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Cycle through the Dolomites to Venice

Listed under Cycling in Veneto-Dolomites, Italy.

  • Photo of Cycle through the Dolomites to Venice
  • Photo of Cycle through the Dolomites to Venice
  • Photo of Cycle through the Dolomites to Venice
  • Photo of Cycle through the Dolomites to Venice
  • Photo of Cycle through the Dolomites to Venice
Photo of Cycle through the Dolomites to Venice
Photo by Bruno Toutain
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Riding from the Dolomites to Venice is an extraordinary trip in many ways: First of all, whether the sites are natural, such as the mountains around Bolzano and Lake Garda, or man-made, such as Verona, Vicenza, Padua, or Venice, they are truly exceptional — for lack of stronger words! Secondly, these places can’t truly be explored by car or by bus, biking is by far the best way to ride through these treasures. And finally, the fact that the bike network and infrastructure are such that cycling between these cities in this high-density region is surprisingly easy and is mostly done on traffic-free bikeways.

Thanks to local authorities, Italy has become one of the top “most bike-friendly” destinations and is just waiting to be explored. Because of recent fiscal schemes, the noisy scooters have been replaced by noiseless bicycles and electric bikes, which makes being and biking in the cities an absolute delight, to say the least! In most city centers, traffic is highly restricted and cities have been returned to the pedestrians and cyclists, bike lanes have flourished, as have bicycle parking lots.

Cycling is the ultimate way to travel and visit these wonderful places, which have always popular with cyclists, but even more so now, respect for cyclists from drivers is not just a slogan, it is a behavior that helps contribute to a wonderful experience of biking in a gorgeous region, and in my case…..a week of excellent cycling. …. Everywhere, it’s a real pleasure!

Linking the Dolomites to Venice can be done via many roads. The shortest route is the more challenging way, as it takes you over some 2,000-meter high mountain passes, such as Passo Valles. Easier routes follow the numerous rivers and canals that cross this extraordinary region. Carrying my own gear, I chose an easy option, and my itinerary went from Bolzano to Venice.

Bolzano is an excellent starting point, and being on the Verona to Munich train line, it is very easy to get to. As soon as you get off the train, you’ll be struck by the sight of the number of bikes….No doubt you will keep telling yourself that this is a “bike-friendly town inhabited by friendly people”! This first impression will certainly not prove wrong… A few steps further, you may actually wonder if you didn’t doze off too long and miss your train station…because yes, your ear is correct, the locals speak German and the street signs are in German!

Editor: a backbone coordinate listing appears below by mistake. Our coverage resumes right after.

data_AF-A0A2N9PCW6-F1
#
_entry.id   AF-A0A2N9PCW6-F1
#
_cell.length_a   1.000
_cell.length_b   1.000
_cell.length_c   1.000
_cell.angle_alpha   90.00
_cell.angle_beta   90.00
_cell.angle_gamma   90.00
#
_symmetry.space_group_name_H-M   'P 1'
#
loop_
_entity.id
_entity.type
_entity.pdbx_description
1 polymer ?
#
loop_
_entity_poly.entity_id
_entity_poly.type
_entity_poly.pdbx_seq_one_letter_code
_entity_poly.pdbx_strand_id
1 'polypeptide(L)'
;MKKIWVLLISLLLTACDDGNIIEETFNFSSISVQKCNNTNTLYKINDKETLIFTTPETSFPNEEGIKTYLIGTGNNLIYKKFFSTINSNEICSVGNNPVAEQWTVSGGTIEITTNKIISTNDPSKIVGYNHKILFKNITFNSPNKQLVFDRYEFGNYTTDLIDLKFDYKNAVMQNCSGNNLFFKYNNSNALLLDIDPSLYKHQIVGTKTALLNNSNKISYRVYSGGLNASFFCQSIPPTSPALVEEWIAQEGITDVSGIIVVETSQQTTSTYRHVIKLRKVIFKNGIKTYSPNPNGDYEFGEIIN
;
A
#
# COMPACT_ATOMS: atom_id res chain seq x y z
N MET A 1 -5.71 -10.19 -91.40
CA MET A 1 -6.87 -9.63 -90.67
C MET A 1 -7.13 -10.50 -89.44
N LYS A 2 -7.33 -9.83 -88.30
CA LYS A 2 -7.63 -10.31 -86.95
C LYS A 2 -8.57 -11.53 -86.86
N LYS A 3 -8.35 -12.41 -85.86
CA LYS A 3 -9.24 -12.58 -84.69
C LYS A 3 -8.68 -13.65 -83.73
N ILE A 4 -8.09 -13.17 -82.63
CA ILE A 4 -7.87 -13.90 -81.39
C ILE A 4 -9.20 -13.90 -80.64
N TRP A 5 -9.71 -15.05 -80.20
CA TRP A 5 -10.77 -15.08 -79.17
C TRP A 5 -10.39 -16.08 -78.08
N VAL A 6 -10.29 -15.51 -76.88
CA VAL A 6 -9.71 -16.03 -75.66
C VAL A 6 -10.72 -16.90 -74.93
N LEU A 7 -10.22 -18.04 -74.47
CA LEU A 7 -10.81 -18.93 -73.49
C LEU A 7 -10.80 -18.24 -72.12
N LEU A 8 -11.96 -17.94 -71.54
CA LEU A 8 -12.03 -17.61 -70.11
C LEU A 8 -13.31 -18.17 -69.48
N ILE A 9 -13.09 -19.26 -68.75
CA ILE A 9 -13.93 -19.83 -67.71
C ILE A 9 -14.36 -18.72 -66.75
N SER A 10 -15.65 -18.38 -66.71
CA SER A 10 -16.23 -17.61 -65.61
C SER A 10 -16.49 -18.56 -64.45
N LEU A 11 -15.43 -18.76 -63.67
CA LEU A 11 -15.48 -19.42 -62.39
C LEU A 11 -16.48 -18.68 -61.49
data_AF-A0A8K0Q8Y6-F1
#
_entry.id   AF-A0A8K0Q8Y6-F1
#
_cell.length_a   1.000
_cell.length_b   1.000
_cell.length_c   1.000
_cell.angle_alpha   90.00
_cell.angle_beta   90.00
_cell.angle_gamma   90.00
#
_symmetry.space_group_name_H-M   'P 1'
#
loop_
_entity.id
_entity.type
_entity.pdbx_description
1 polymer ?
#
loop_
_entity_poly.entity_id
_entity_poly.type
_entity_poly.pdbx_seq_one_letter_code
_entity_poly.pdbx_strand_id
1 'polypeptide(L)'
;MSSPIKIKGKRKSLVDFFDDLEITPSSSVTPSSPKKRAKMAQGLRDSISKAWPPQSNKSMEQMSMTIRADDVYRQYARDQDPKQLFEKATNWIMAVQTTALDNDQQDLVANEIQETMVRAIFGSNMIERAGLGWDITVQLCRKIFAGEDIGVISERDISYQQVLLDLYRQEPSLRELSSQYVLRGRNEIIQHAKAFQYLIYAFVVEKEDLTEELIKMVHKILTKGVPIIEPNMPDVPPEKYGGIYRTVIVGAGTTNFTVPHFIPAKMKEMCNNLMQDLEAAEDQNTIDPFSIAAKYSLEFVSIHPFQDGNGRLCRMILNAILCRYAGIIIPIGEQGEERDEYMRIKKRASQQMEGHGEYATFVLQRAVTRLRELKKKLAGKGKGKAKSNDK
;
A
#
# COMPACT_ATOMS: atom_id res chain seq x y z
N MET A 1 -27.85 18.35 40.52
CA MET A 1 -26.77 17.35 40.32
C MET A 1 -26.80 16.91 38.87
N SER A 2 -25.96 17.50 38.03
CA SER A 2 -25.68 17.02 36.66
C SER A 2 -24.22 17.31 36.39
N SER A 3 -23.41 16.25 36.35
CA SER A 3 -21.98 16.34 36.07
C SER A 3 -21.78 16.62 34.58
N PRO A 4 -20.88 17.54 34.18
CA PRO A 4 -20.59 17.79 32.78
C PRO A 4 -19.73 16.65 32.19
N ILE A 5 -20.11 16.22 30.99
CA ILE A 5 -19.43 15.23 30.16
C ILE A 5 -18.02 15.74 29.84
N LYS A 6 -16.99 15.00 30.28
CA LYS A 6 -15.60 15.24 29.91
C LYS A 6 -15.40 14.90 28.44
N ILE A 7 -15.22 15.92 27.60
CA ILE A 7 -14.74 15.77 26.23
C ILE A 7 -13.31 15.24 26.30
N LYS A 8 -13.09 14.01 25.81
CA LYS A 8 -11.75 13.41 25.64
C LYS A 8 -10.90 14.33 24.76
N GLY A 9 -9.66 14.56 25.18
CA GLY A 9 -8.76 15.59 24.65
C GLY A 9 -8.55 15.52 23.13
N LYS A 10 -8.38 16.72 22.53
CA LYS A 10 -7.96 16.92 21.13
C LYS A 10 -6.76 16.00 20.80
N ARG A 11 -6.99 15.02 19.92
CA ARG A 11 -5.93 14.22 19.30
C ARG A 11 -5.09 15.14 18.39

A quick look at the car plates will soothe your doubts – you are indeed in Italy, in Bolzano, the capital of Italy’s German-speaking South Tyrol, just an hour away from the Austrian border! Imagine mixing Italian style with Austro-German efficiency and you’ll get Bolzano! I absolutely loved this pretty town and would recommend staying there two days, minimum. With so many bikes around though, I was left wondering why some Cisalpino trains are so poorly equipped to take bikes “as such.” Although I haven’t checked this, I assume that with the growing flux of “vacationers on bike”, this issue will be solved someday soon.

Leaving Bolzano behind, the itinerary takes you south - just follow the river! At times, though, it’s worth wandering away from the riverside bikeway and riding through vineyards to explore some of the nearby sites. The countryside is laced with trails and paths and I found the hilltop Firmian castle to be worth the straying away… and I enjoyed the climb! Besides being an amazing site in itself, it is also home to the Mountain Museum created by the high-altitude climber Reinhold Messer. More than a museum, it is a shrine devoted to mountains and nature, a soothing place to reflect and meditate and take in the beauty of the landscape.

Further on, you will be riding through picture-perfect mountainside vineyards. High-altitude climbers they may not be, but almost - these grape-pickers have to be sure-footed! Another reason to appreciate what goes on behind the exquisite wine produced in this area – the deft act of picking grapes puts a whole new spin on things. If you choose, like I did, to ride south the easy way, you are bound to follow the Adige River. This riverside bike path is not merely there to take you from Bolzano to Trento traffic-free, it also teaches you about the area: Signs strategically placed in pleasant rest-stops add to the pure biking experience by telling you more about the 2,000-year history of this region. Other signs will inform you about what grows in the valley, or let you know that you’ve passed the language border…. time to dig into your panniers and retrieve your Italian phrasebook!